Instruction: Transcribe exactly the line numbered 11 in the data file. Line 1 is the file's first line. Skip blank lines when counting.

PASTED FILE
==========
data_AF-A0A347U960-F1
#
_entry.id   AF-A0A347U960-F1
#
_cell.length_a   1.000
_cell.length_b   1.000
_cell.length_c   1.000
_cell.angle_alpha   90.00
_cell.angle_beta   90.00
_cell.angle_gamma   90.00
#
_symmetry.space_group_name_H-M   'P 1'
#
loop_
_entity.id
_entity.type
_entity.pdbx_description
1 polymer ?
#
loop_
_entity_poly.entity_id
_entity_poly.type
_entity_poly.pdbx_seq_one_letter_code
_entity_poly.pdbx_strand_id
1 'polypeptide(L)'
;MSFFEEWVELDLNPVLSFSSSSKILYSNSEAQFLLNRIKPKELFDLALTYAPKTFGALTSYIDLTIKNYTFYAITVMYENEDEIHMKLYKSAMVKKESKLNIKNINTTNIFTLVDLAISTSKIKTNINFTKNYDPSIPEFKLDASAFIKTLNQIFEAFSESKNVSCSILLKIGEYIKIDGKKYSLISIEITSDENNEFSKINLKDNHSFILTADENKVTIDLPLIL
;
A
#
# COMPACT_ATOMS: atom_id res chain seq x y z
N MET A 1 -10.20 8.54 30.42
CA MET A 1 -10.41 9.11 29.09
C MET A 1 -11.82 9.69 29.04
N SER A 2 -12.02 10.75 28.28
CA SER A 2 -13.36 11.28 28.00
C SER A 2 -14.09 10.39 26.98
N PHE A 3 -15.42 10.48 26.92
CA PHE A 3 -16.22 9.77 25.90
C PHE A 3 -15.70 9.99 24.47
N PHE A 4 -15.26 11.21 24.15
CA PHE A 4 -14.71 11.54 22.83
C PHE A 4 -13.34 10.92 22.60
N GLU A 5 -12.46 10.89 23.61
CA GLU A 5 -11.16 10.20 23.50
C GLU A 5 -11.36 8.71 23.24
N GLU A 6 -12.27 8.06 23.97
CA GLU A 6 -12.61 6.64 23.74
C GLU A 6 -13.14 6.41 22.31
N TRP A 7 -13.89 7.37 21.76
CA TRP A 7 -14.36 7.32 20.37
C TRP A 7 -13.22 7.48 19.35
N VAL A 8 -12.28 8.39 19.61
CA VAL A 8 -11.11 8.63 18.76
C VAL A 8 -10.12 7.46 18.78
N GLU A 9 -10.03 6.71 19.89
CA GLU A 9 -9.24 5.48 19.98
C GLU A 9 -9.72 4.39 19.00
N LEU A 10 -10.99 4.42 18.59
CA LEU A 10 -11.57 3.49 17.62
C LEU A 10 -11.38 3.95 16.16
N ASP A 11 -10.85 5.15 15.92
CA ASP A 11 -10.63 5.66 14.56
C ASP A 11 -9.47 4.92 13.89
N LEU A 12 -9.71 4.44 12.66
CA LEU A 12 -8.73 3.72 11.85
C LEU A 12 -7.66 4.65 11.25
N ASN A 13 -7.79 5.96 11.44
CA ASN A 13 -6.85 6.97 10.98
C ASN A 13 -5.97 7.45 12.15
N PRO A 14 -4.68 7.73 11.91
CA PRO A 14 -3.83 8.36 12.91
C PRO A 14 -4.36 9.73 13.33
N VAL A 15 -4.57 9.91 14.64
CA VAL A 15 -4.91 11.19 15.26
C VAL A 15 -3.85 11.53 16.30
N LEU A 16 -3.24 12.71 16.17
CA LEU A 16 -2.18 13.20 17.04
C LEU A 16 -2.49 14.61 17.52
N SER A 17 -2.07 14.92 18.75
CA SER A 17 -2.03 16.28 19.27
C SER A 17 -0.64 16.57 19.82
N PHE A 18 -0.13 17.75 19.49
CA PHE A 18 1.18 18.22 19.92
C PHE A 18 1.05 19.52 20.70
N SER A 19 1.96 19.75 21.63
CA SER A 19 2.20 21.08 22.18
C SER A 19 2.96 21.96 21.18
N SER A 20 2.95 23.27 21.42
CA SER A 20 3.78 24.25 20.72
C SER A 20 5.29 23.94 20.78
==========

#